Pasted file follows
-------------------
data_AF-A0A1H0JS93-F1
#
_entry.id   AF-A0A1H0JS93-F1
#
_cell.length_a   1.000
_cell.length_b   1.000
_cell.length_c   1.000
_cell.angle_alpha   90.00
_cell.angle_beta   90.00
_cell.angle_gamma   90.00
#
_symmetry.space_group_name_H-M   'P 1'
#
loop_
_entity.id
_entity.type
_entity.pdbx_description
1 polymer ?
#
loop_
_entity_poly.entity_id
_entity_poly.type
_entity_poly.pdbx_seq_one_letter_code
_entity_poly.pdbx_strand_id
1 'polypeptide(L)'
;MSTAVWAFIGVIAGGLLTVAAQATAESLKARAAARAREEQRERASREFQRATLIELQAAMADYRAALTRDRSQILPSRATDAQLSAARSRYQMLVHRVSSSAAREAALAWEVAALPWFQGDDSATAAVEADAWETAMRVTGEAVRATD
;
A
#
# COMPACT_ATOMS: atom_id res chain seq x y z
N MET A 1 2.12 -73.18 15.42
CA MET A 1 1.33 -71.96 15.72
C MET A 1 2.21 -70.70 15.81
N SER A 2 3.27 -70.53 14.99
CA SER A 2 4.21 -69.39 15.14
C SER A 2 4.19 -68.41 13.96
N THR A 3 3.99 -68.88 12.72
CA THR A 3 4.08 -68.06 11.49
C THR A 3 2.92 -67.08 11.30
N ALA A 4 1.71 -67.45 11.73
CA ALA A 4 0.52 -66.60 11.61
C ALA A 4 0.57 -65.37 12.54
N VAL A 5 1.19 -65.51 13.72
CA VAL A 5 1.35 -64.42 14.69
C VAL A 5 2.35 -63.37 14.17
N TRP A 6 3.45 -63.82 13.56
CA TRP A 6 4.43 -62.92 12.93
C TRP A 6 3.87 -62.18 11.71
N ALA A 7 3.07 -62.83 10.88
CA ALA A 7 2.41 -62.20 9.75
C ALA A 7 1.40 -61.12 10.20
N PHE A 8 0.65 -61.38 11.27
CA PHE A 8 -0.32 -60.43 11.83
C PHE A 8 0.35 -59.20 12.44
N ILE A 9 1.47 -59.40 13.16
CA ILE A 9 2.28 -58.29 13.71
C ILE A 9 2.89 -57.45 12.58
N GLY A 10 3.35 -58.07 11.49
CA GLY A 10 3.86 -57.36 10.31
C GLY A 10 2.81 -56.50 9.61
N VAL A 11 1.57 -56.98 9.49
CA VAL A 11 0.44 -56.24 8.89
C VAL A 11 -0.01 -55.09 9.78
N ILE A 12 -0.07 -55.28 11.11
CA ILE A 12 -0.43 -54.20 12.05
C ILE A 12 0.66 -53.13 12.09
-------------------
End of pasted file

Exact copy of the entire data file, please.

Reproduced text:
data_AF-A0A1H0JS93-F1
#
_entry.id   AF-A0A1H0JS93-F1
#
_cell.length_a   1.000
_cell.length_b   1.000
_cell.length_c   1.000
_cell.angle_alpha   90.00
_cell.angle_beta   90.00
_cell.angle_gamma   90.00
#
_symmetry.space_group_name_H-M   'P 1'
#
loop_
_entity.id
_entity.type
_entity.pdbx_description
1 polymer ?
#
loop_
_entity_poly.entity_id
_entity_poly.type
_entity_poly.pdbx_seq_one_letter_code
_entity_poly.pdbx_strand_id
1 'polypeptide(L)'
;MSTAVWAFIGVIAGGLLTVAAQATAESLKARAAARAREEQRERASREFQRATLIELQAAMADYRAALTRDRSQILPSRATDAQLSAARSRYQMLVHRVSSSAAREAALAWEVAALPWFQGDDSATAAVEADAWETAMRVTGEAVRATD
;
A
#
# COMPACT_ATOMS: atom_id res chain seq x y z
N MET A 1 2.12 -73.18 15.42
CA MET A 1 1.33 -71.96 15.72
C MET A 1 2.21 -70.70 15.81
N SER A 2 3.27 -70.53 14.99
CA SER A 2 4.21 -69.39 15.14
C SER A 2 4.19 -68.41 13.96
N THR A 3 3.99 -68.88 12.72
CA THR A 3 4.08 -68.06 11.49
C THR A 3 2.92 -67.08 11.30
N ALA A 4 1.71 -67.45 11.73
CA ALA A 4 0.52 -66.60 11.61
C ALA A 4 0.57 -65.37 12.54
N VAL A 5 1.19 -65.51 13.72
CA VAL A 5 1.35 -64.42 14.69
C VAL A 5 2.35 -63.37 14.17
N TRP A 6 3.45 -63.82 13.56
CA TRP A 6 4.43 -62.92 12.93
C TRP A 6 3.87 -62.18 11.71
N ALA A 7 3.07 -62.83 10.88
CA ALA A 7 2.41 -62.20 9.75
C ALA A 7 1.40 -61.12 10.20
N PHE A 8 0.65 -61.38 11.27
CA PHE A 8 -0.32 -60.43 11.83
C PHE A 8 0.35 -59.20 12.44
N ILE A 9 1.47 -59.40 13.16
CA ILE A 9 2.28 -58.29 13.71
C ILE A 9 2.89 -57.45 12.58
N GLY A 10 3.35 -58.07 11.49
CA GLY A 10 3.86 -57.36 10.31
C GLY A 10 2.81 -56.50 9.61
N VAL A 11 1.57 -56.98 9.49
CA VAL A 11 0.44 -56.24 8.89
C VAL A 11 -0.01 -55.09 9.78
N ILE A 12 -0.07 -55.28 11.11
CA ILE A 12 -0.43 -54.20 12.05
C ILE A 12 0.66 -53.13 12.09